Counties are part of our system of local government. They respond to local community needs, while also supporting the state and federal governments. County responsibilities may include responding to emergencies, law enforcement, paving and repairing roads, creating and managing parks, and making sure we all have clean water to drink– just to name a few! Where did counties come from and how did they develop these responsibilities?
Counties Across the United States
Do you live in a county? It might be called a parish if you live in Louisiana or a borough if you’re in Alaska! Some cities have incorporated to form their own governments, separate from the county. In fact, in some states, counties don’t actually have functioning county governments. No matter what they are called, there are a lot of counties and county equivalents in the U.S. Check out the list:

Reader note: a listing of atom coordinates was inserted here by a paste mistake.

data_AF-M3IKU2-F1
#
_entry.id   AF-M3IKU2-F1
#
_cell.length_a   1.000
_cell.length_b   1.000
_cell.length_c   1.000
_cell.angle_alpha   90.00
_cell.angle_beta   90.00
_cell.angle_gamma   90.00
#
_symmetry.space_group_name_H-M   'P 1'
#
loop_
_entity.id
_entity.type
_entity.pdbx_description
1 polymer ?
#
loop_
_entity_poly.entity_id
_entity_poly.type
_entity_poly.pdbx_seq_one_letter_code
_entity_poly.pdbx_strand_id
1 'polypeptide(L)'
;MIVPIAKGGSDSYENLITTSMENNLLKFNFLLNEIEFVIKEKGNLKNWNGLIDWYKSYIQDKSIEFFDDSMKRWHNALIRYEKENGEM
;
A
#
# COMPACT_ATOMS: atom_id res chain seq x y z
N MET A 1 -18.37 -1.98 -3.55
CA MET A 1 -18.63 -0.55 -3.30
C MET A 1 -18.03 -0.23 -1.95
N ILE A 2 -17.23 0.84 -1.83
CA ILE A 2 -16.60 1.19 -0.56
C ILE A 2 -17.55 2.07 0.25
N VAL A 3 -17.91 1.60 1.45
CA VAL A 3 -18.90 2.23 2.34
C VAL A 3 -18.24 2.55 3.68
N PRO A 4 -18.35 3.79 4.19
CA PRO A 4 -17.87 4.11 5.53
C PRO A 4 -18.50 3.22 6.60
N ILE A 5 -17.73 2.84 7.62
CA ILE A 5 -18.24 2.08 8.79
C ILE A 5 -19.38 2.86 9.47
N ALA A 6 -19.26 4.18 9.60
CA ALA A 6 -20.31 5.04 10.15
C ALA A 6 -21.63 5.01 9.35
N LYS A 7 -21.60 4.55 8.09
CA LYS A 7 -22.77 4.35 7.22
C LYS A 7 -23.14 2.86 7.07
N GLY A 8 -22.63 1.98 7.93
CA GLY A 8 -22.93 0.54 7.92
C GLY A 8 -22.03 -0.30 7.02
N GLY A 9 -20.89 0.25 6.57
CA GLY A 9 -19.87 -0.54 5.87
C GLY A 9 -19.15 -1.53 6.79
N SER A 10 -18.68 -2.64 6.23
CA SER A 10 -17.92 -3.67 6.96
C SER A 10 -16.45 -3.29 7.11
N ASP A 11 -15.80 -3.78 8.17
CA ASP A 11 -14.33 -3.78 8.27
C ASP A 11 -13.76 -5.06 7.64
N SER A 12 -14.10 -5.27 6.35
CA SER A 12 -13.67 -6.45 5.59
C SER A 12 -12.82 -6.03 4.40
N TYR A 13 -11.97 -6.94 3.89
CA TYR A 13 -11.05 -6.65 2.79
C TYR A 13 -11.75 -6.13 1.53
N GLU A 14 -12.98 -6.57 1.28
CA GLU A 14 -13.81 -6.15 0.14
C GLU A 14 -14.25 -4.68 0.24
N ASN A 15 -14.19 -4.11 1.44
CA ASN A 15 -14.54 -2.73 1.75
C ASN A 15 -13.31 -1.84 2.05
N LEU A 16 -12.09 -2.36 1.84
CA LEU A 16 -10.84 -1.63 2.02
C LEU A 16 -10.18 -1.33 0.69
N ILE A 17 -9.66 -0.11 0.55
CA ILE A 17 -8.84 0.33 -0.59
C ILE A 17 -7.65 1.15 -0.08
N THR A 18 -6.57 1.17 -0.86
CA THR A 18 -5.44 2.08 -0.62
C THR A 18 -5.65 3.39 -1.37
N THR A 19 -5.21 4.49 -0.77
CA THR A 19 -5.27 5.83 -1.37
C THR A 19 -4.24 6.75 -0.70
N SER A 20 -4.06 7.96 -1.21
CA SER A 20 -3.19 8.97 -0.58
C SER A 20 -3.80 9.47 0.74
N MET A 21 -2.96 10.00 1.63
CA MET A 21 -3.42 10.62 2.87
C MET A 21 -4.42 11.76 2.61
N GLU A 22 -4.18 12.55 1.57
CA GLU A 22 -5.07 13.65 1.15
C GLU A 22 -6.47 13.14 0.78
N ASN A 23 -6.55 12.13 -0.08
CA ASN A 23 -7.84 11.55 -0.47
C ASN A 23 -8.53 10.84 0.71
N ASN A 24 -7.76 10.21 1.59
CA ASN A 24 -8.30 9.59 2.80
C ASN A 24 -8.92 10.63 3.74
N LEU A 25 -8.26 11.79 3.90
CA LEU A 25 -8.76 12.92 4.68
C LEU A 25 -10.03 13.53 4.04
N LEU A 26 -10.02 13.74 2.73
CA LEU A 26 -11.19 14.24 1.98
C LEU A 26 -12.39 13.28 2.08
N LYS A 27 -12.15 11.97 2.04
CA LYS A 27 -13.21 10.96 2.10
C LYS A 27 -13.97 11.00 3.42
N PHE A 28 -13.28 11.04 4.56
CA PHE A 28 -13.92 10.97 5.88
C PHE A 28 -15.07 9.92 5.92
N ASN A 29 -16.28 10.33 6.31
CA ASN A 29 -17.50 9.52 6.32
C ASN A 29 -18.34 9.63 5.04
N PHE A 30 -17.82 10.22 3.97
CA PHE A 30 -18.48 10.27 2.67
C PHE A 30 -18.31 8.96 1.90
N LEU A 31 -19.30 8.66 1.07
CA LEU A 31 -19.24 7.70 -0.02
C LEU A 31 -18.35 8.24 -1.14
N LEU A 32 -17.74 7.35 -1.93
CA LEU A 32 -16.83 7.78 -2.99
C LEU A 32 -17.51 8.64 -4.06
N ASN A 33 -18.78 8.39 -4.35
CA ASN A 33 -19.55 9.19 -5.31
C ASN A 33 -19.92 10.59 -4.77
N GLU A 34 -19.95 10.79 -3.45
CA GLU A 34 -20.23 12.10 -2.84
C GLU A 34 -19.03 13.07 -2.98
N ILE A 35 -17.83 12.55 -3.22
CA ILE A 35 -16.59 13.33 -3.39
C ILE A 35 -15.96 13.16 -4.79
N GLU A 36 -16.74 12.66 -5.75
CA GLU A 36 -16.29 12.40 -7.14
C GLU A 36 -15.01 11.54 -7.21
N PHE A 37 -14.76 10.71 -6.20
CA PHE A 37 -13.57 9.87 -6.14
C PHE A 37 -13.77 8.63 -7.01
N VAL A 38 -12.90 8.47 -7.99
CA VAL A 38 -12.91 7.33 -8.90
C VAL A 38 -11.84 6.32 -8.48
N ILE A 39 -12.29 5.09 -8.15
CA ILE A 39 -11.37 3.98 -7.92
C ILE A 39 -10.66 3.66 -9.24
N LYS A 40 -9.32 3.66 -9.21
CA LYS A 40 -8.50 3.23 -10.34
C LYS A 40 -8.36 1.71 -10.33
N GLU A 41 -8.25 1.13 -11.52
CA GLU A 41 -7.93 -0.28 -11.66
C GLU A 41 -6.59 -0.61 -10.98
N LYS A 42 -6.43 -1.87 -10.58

You can imagine how difficult it is to come up with names for all of the different counties in the United States. County names come from many different places. What are the names of counties in your area? Counties are traditionally named after things like counties in England, famous people or Presidents, the shape or natural features of a county, or traditional American Indian names. This link will take you to a game where you can guess the top 200 county names and see how often some of them occur. Play until you’re stuck (for at least three minutes) and then click “Give Up?” to see the answers.
Now that you’ve learned about the history, distribution, and names of counties, it’s time to take a look at your own county! The National Association of Counties has developed a website that will help you find facts about your county, and even help you explore your own county webpage.
Follow the link and use the map to find your county. Create a profile of your county that includes the following information:
- County name
- County seat
- Elected or appointed officials and their position titles